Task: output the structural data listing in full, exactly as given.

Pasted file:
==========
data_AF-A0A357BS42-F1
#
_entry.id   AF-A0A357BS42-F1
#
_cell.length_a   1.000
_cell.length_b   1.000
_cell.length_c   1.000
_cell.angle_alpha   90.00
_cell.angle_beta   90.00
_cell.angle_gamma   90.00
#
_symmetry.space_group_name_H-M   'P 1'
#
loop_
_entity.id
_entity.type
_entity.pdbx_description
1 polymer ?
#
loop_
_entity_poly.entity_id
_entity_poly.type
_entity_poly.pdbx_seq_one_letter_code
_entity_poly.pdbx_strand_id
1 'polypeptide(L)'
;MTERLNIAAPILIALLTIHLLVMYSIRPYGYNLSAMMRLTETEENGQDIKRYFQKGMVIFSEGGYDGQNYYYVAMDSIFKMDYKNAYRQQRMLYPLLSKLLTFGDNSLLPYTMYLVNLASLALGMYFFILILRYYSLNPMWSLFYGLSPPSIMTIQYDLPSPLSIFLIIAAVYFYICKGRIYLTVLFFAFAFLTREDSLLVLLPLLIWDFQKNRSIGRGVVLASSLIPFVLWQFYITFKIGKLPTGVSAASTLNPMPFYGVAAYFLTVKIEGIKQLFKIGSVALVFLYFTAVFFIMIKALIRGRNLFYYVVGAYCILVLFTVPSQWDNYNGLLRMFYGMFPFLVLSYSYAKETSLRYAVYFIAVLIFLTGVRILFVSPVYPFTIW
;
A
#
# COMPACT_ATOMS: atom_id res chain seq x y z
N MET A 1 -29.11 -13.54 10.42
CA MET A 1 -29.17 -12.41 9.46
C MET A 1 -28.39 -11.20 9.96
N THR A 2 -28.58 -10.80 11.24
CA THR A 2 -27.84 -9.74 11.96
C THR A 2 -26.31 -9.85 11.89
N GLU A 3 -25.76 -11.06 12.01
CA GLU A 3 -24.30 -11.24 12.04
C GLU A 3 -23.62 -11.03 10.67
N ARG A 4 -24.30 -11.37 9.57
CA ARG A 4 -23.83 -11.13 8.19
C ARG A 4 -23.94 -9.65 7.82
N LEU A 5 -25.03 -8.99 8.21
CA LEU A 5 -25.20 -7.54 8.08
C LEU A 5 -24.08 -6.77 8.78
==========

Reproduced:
data_AF-A0A357BS42-F1
#
_entry.id   AF-A0A357BS42-F1
#
_cell.length_a   1.000
_cell.length_b   1.000
_cell.length_c   1.000
_cell.angle_alpha   90.00
_cell.angle_beta   90.00
_cell.angle_gamma   90.00
#
_symmetry.space_group_name_H-M   'P 1'
#
loop_
_entity.id
_entity.type
_entity.pdbx_description
1 polymer ?
#
loop_
_entity_poly.entity_id
_entity_poly.type
_entity_poly.pdbx_seq_one_letter_code
_entity_poly.pdbx_strand_id
1 'polypeptide(L)'
;MTERLNIAAPILIALLTIHLLVMYSIRPYGYNLSAMMRLTETEENGQDIKRYFQKGMVIFSEGGYDGQNYYYVAMDSIFKMDYKNAYRQQRMLYPLLSKLLTFGDNSLLPYTMYLVNLASLALGMYFFILILRYYSLNPMWSLFYGLSPPSIMTIQYDLPSPLSIFLIIAAVYFYICKGRIYLTVLFFAFAFLTREDSLLVLLPLLIWDFQKNRSIGRGVVLASSLIPFVLWQFYITFKIGKLPTGVSAASTLNPMPFYGVAAYFLTVKIEGIKQLFKIGSVALVFLYFTAVFFIMIKALIRGRNLFYYVVGAYCILVLFTVPSQWDNYNGLLRMFYGMFPFLVLSYSYAKETSLRYAVYFIAVLIFLTGVRILFVSPVYPFTIW
;
A
#
# COMPACT_ATOMS: atom_id res chain seq x y z
N MET A 1 -29.11 -13.54 10.42
CA MET A 1 -29.17 -12.41 9.46
C MET A 1 -28.39 -11.20 9.96
N THR A 2 -28.58 -10.80 11.24
CA THR A 2 -27.84 -9.74 11.96
C THR A 2 -26.31 -9.85 11.89
N GLU A 3 -25.76 -11.06 12.01
CA GLU A 3 -24.30 -11.24 12.04
C GLU A 3 -23.62 -11.03 10.67
N ARG A 4 -24.30 -11.37 9.57
CA ARG A 4 -23.83 -11.13 8.19
C ARG A 4 -23.94 -9.65 7.82
N LEU A 5 -25.03 -8.99 8.21
CA LEU A 5 -25.20 -7.54 8.08
C LEU A 5 -24.08 -6.77 8.78